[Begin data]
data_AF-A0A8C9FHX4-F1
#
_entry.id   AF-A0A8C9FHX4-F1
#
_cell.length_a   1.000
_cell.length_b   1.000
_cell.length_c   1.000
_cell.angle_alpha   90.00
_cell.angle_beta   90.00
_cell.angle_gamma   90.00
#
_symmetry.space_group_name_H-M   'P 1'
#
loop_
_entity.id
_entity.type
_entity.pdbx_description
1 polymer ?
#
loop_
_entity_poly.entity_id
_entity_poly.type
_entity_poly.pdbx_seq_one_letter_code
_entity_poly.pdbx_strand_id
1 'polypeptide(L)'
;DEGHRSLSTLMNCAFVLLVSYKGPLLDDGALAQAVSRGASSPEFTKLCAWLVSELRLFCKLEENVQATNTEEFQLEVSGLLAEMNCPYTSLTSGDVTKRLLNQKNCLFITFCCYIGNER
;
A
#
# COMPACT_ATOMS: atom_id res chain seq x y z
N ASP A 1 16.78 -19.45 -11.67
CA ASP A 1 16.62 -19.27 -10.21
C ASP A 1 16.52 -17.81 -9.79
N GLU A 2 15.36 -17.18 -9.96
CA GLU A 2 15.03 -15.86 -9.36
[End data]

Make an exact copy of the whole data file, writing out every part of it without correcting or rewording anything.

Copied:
data_AF-A0A8C9FHX4-F1
#
_entry.id   AF-A0A8C9FHX4-F1
#
_cell.length_a   1.000
_cell.length_b   1.000
_cell.length_c   1.000
_cell.angle_alpha   90.00
_cell.angle_beta   90.00
_cell.angle_gamma   90.00
#
_symmetry.space_group_name_H-M   'P 1'
#
loop_
_entity.id
_entity.type
_entity.pdbx_description
1 polymer ?
#
loop_
_entity_poly.entity_id
_entity_poly.type
_entity_poly.pdbx_seq_one_letter_code
_entity_poly.pdbx_strand_id
1 'polypeptide(L)'
;DEGHRSLSTLMNCAFVLLVSYKGPLLDDGALAQAVSRGASSPEFTKLCAWLVSELRLFCKLEENVQATNTEEFQLEVSGLLAEMNCPYTSLTSGDVTKRLLNQKNCLFITFCCYIGNER
;
A
#
# COMPACT_ATOMS: atom_id res chain seq x y z
N ASP A 1 16.78 -19.45 -11.67
CA ASP A 1 16.62 -19.27 -10.21
C ASP A 1 16.52 -17.81 -9.79
N GLU A 2 15.36 -17.18 -9.96
CA GLU A 2 15.03 -15.86 -9.36